Social Media Got You Down? Be More Like Beyonce-
Apparats: Fictional piece of technology introduced in Gary Shteyngart’s, “Super Sad True Love Story,” used as a leeway to introduce increasing technological advancements as well as the human dependency in terms of convenience and connection.
Beyonce- An iconic music artist who is discussed throughout the duration of Wortham’s work. She makes the claim that Beyonce “lives, breathes, and promotes real life” through her social media.
Cyberfeminism- exploitation of feminism in a cyber setting.
Jenna Wortham begins by prefacing her claims by presenting the apparats technology that is the bulk of the 2010 novel “Super Sad True Love Story,” she then goes on to discuss the more relevant, modern advancements associated with social media like Facebook and Instagram. Wortham praises the icon, Beyonce, through her eloquent use of social media as Beyonce’s usage of social media is a defining factor of herself as a celebrity and an artist as it is made known that Beyonce’s social media use is reflective of her creative works.
“Social media has, in it’s own way, provided us a means of generating other selves.”
“We could instead use social media as a prism through which we can project only what we want others to see.”
Projecting ONLY what we want others to see is a means of generating “other selves.” We should not use social media as a prism for solely what we want others to see because this filters who we truly are. Ultimately, this filtering of oneself an online sense creates a false reality that could translate into a dangerous, unrealistic perception of oneself. These false perceptions based on a specific online presence, creates the mindset of: if this is how people see me online, this is who I am. It also further stimulates the dangerous compulsion to care what others think. By constantly thinking about what we want others to see, or by constantly thinking about our image online, distracts from true self evaluation and the genuine expression of oneself.
Do you personally think Beyonce was a good example of the author’s main claim?
Dramaturgical- dramatic composition and the representation of the main elements of drama on the stage.
In terms of the reading: Dramaturgical sociology- human interactions are dependent upon time, place, and audience.
Impression management: a person’s attempt to influence the perceptions of other people about a person, object or event.
“In a nutshell when we tell someone to act naturally we tell him or her to do a better job at managing the impressions that they are giving.”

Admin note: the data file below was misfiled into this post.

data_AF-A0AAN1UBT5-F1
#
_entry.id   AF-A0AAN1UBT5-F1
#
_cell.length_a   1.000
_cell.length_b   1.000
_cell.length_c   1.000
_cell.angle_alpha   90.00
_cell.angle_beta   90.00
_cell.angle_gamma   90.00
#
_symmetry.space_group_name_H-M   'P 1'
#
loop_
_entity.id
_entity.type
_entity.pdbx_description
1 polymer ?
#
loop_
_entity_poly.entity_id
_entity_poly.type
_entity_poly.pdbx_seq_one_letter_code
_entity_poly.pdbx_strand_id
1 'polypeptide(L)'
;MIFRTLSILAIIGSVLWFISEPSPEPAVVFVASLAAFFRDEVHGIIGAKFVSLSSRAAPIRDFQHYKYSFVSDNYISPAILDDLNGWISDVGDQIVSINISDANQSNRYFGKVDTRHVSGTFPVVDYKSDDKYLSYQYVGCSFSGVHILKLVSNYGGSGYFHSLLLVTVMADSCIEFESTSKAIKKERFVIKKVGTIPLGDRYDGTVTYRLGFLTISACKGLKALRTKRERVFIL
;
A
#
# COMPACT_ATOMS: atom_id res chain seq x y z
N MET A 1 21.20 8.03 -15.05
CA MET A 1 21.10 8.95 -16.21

“If we are not being ourselves, what are we being?”
“Self Presentation and the Dramaturgical Perspective” analyzes basic human nature as sociology suggests that humans are always putting on a performance to manage the impressions they will receive from certain people. Schulman emphasizes that people manage how they act by encompassing personas as humans dread negative social judgements and seek social approval. Schulman lists reasons for familiarizing oneself with dramaturgical perspectives by emphasizing the creation, deception, and management of certain appearances and what that means for an individual and other perspective humans.
Schulman offers subliminal support towards the argument on the negativity or positivity of social media. With the discussion of social media as a constant filter, Schulman brings to light that our lives, relationships, and interactions are inherently and thoughtlessly filtered. I know, personally, that I have different groups of people I associate with and I might not always be the same as I move from group to group. It is safe to say that we have schemas or “scripts” that determine our behavior and how we outwardly manage our impressions. Despite these schemas or scripts (how to behave in a classroom, first date) they are ultimately cultivated through the social construction of what it is to be normal in certain situations. To combat conformity, I always find a little glimmer of who I am in every interaction no matter the impression I am trying to make, or the relationship I am trying to manage. Conclusively, performances are interdependent on the
Is it safe to say that we are constantly living a life with a prevalent filter that colors our interactions and relationships?